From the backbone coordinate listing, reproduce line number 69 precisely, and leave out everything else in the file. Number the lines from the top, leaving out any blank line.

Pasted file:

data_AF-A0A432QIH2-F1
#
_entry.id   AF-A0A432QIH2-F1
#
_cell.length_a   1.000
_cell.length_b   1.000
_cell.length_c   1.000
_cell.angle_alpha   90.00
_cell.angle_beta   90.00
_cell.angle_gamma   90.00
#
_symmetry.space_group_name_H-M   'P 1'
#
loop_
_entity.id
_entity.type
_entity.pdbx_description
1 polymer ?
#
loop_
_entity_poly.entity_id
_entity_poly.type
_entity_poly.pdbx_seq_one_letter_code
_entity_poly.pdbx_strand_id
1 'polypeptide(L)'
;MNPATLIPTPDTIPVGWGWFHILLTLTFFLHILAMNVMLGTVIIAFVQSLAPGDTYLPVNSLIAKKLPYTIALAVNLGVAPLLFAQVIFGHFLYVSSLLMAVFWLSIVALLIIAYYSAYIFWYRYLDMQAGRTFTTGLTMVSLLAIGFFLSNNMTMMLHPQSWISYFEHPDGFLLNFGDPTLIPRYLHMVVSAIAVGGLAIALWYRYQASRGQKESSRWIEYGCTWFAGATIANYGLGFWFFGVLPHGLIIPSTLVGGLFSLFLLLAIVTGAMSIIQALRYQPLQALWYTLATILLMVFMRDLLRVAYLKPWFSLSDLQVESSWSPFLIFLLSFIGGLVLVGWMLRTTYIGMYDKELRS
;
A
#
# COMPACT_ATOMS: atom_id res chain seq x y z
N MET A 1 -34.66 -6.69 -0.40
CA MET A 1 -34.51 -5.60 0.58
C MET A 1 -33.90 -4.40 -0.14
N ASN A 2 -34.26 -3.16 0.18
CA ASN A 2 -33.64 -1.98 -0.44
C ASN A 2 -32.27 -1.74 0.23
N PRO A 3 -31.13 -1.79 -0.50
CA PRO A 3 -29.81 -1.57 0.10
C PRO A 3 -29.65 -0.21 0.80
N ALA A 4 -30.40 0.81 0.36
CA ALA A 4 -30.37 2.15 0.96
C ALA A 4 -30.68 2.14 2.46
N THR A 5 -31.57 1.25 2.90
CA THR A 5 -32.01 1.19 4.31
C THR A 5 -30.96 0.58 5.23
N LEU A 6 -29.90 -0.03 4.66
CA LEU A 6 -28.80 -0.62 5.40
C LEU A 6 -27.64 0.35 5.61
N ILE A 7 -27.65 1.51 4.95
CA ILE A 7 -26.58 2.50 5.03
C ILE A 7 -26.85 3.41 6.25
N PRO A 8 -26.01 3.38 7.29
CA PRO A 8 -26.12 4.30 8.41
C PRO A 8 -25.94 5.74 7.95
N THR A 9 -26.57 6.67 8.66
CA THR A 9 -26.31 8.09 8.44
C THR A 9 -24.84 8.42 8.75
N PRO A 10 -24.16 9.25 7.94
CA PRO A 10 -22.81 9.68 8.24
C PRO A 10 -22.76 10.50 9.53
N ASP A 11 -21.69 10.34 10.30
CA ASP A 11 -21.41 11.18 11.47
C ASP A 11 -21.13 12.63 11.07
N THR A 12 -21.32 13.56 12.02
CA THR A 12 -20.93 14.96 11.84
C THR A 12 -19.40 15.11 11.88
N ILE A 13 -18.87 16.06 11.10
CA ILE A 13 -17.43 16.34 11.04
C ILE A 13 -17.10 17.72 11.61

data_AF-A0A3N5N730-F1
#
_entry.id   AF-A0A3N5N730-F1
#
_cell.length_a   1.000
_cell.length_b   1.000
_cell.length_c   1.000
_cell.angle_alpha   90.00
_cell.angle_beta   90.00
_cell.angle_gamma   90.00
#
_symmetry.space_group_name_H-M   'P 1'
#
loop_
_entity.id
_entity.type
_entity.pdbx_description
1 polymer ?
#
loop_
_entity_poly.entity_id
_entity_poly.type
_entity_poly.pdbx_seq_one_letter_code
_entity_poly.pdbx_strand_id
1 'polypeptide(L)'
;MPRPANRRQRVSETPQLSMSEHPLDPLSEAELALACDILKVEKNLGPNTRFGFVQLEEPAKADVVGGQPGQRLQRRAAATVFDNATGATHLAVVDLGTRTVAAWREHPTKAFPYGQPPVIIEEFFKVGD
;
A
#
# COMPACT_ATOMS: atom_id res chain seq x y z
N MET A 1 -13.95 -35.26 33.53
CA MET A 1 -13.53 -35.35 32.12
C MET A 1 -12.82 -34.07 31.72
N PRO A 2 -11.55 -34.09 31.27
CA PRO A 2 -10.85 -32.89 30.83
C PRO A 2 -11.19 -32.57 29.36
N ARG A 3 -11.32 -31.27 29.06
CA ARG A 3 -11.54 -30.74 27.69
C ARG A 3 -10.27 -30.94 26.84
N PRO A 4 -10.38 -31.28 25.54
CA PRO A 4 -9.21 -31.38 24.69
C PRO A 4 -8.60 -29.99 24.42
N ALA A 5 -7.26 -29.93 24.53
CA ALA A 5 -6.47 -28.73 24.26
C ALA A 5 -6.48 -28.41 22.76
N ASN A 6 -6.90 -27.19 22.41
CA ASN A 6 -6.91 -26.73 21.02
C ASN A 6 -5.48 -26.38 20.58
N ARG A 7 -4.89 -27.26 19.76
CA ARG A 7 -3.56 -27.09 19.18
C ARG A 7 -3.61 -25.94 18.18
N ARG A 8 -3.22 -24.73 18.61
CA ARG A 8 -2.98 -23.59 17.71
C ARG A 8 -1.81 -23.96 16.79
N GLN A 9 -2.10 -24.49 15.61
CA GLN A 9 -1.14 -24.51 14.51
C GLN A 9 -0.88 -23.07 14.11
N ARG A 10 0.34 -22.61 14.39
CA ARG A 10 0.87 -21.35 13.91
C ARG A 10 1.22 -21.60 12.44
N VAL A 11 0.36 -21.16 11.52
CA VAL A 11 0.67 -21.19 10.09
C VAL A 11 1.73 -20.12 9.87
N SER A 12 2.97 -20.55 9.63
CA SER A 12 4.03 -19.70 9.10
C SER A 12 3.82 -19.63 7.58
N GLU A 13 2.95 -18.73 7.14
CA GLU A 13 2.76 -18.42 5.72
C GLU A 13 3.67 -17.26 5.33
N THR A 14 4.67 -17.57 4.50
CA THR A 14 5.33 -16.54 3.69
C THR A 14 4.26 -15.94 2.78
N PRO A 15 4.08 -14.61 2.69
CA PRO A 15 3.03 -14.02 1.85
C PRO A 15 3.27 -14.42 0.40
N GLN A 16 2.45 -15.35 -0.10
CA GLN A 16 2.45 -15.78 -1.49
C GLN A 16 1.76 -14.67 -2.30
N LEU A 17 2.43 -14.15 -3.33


C ILE A 13 -17.10 17.72 11.61